“How Captive Insurance and Hedge Funds
Can Help Offset Financial Risk Exposures”
MSBC Seminar #4 – Risk Management
July 31, 2010
In the last two years, many economists were proven wrong as the economy hit the worst recession and downturn since the Great Depression of the early 20th century. Today, missing predictions continues. One of many examples is offered by Soto (2010).
“In April we said GSCI Total Return Y/Y could appreciate by more than 20% and at the same time we warned Crude Oil Valuation model just reached again its overvalued territory. One month later, we can say we were wrong…. It looks like Crude Oil Valuation will reverse completely… and there might still be room for more decline ahead…” 
Risk managers try to predict and find easy ways to improve their financial advantage, often listening to economic pundits. Those days are gone. “Global supply-demand imbalances in raw materials, and resulting price volatility, will likely continue to impact the profitability and competitive position of many U.S. companies.” 
This paper describes why a company should consider using various techniques within the financial markets to offset financial exposures.
All businesses face exposures to predictable and unpredictable financial threats which can undermine goal achievement. The worst of these risks will be the unpredictable threats that present the greatest degree of uncertainty. Financial market-specific risks come in many forms:
- Interest rate changes
- Foreign currency exchange rate fluctuation
- Goods and services tax and import/export tariff law changes
- Geopolitical upheaval in areas where business is conducted
- Stock market volatility affecting investments and portfolios
- and more
Depending on the size of the business, some or all of these market levers may impact a business’ viability.  What’s more unnerving is the volatility and unpredictability of these risks. Economists have attempted to manage and predict the future with tools such as the CBOE-VIX , a widely used market analyzer. Academic researchers have attempted to create models to improve predictability. Both set of experts seem to agree that more data and understanding represents goodness, however, no specific model or approach to offsetting financial risk can be a guarantee.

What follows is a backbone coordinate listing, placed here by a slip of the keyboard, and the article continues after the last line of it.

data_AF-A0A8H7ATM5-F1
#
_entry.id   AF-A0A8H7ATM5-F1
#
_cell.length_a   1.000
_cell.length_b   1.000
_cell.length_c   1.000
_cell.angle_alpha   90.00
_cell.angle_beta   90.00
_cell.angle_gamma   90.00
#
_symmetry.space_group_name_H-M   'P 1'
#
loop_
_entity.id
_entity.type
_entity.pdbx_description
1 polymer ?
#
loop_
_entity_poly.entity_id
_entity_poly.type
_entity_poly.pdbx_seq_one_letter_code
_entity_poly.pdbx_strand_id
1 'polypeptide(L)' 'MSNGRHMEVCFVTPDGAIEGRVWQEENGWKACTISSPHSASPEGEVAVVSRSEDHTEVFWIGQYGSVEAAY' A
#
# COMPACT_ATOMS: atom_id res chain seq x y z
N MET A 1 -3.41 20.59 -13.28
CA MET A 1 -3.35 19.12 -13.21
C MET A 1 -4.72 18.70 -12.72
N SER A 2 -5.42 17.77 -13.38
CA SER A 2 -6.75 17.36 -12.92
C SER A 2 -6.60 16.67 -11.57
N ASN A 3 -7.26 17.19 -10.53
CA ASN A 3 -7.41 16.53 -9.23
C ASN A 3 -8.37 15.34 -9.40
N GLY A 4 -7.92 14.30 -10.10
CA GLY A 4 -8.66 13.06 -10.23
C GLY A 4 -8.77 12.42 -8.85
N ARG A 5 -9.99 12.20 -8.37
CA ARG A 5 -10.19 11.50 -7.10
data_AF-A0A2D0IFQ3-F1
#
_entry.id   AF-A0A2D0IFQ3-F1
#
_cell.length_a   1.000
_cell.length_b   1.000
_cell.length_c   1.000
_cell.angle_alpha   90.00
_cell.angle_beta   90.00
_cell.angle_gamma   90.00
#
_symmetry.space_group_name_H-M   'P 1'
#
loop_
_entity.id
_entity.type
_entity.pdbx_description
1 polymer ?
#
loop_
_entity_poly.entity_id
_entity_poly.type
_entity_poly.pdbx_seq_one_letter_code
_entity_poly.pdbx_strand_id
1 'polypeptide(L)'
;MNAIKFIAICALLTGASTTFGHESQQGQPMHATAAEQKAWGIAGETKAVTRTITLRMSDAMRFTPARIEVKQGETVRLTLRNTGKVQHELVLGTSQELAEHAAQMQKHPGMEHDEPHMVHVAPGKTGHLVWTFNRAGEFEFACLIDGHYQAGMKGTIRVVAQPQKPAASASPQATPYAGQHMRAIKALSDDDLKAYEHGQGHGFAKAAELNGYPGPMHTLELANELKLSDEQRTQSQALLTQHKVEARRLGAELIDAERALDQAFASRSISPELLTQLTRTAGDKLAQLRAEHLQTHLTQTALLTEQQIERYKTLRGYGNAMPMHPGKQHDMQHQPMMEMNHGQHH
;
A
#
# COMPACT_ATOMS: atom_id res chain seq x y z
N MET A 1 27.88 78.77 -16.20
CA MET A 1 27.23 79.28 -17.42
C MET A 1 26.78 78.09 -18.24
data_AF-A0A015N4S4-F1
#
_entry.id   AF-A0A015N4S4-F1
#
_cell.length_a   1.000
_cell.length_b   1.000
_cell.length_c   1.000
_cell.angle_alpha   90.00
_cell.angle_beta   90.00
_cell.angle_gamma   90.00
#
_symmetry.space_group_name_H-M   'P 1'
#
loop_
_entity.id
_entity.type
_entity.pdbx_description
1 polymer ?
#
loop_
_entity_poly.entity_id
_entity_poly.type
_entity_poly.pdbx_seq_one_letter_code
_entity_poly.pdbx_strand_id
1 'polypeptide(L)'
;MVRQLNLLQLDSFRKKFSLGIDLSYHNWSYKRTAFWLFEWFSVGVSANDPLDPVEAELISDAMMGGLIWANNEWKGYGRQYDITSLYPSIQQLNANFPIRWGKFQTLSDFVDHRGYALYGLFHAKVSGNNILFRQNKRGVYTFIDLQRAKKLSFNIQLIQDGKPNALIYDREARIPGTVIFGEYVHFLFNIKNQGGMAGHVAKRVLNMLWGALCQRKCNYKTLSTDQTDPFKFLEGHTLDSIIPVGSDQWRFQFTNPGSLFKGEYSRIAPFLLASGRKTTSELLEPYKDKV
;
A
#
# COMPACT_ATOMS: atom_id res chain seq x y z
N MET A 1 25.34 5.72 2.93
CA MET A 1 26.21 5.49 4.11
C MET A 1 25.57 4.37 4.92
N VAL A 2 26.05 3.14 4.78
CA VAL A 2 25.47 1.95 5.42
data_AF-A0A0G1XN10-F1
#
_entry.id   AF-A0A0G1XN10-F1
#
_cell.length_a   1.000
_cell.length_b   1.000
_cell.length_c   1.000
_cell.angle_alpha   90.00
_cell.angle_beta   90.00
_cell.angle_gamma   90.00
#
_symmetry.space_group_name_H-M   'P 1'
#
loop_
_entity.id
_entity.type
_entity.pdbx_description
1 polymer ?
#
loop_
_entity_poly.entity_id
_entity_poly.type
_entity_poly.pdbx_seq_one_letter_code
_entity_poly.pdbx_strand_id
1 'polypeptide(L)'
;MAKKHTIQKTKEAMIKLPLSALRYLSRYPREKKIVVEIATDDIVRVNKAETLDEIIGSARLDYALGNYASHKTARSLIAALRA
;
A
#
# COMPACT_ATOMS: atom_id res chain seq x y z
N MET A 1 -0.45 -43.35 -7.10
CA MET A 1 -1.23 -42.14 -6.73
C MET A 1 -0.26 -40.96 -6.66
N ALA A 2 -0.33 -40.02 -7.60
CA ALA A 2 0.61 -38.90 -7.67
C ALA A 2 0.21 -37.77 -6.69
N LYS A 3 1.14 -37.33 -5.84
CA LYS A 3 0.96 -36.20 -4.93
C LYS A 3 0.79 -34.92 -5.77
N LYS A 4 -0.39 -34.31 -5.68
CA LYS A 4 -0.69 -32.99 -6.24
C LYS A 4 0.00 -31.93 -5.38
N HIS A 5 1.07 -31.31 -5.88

Verni (2005) offers four pieces of advice in managing risks:
- “Be skeptical
- Assume Murphy’s Laws are in force. If anything simply cannot go wrong, it will anyway
- If everything seems to be going well, you have obviously overlooked something
- Every solution breeds new problems” 
Gathering intelligence on financial risks and understanding what the information means to your business can be a key step in managing these risks. Scholes (2005) describes questions that a company can use to determine the ‘how’ of understanding asset management which he finds to be a key part of the strategy. In addition, three key asset management criteria that demand understanding are:
- “Capital Allocation: How do we allocate capital to the risks we are taking, to each strategy individually or to a portfolio?
- Optimization: Risk management is not risk minimization – it is risk optimization – but what is the right tradeoff between risk and return?
- Stress Management: How do we handle it, and do we know how to do anything about it?”
It is incumbent upon financial risk managers to avoid poor financial investments and make educated risks about trade-offs, alternatives, and options.
After decades of study and trial and error attempts to completely predict and understand financial markets, no one single model has emerged that completely defines how to manage risk 100% of the time or with 100% accuracy.
In a thesis offered by Rörden & Wille (2003) the authors concluded that “the only theory which was considered to actually work in practice without any unrealistic assumptions was diversification.” Examples of diversification include spreading investments across different market types, investing some money in short-term and other money in long-term instruments, and selecting assets or commodities that are significantly unrelated by most measures.
A business needs to consider who they are as a company, what their tolerance for risk is, and apply some flexibility to their approach in selecting financial risk strategies. What is clear is that the lack of understanding of risks and/or the lack of a strategy will often mean the difference between success and failure of a business.
Here are two of the many options available for consideration by businesses:
- Captive Insurance
- A form of member-owned self insurance, usually in a group of similar companies providing a form of alternative risk financing